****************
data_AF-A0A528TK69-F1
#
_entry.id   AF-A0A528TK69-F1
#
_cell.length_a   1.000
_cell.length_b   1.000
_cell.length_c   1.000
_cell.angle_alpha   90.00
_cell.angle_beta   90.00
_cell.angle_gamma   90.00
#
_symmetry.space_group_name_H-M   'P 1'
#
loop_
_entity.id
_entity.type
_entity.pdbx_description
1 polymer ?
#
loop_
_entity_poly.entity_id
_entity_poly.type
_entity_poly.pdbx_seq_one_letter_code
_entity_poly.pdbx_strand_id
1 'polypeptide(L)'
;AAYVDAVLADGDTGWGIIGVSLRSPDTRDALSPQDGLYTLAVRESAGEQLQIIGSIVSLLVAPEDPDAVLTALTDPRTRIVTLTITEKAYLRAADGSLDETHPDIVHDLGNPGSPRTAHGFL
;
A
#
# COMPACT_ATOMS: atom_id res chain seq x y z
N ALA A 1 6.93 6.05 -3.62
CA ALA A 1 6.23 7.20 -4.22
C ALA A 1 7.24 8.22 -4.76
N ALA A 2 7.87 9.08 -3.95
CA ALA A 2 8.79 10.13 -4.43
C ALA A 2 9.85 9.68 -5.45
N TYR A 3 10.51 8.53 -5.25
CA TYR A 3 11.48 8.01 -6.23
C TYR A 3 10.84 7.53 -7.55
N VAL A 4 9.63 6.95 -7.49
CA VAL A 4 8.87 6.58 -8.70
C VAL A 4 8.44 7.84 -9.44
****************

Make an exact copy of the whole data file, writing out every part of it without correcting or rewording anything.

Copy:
data_AF-A0A528TK69-F1
#
_entry.id   AF-A0A528TK69-F1
#
_cell.length_a   1.000
_cell.length_b   1.000
_cell.length_c   1.000
_cell.angle_alpha   90.00
_cell.angle_beta   90.00
_cell.angle_gamma   90.00
#
_symmetry.space_group_name_H-M   'P 1'
#
loop_
_entity.id
_entity.type
_entity.pdbx_description
1 polymer ?
#
loop_
_entity_poly.entity_id
_entity_poly.type
_entity_poly.pdbx_seq_one_letter_code
_entity_poly.pdbx_strand_id
1 'polypeptide(L)'
;AAYVDAVLADGDTGWGIIGVSLRSPDTRDALSPQDGLYTLAVRESAGEQLQIIGSIVSLLVAPEDPDAVLTALTDPRTRIVTLTITEKAYLRAADGSLDETHPDIVHDLGNPGSPRTAHGFL
;
A
#
# COMPACT_ATOMS: atom_id res chain seq x y z
N ALA A 1 6.93 6.05 -3.62
CA ALA A 1 6.23 7.20 -4.22
C ALA A 1 7.24 8.22 -4.76
N ALA A 2 7.87 9.08 -3.95
CA ALA A 2 8.79 10.13 -4.43
C ALA A 2 9.85 9.68 -5.45
N TYR A 3 10.51 8.53 -5.25
CA TYR A 3 11.48 8.01 -6.23
C TYR A 3 10.84 7.53 -7.55
N VAL A 4 9.63 6.95 -7.49
CA VAL A 4 8.87 6.58 -8.70
C VAL A 4 8.44 7.84 -9.44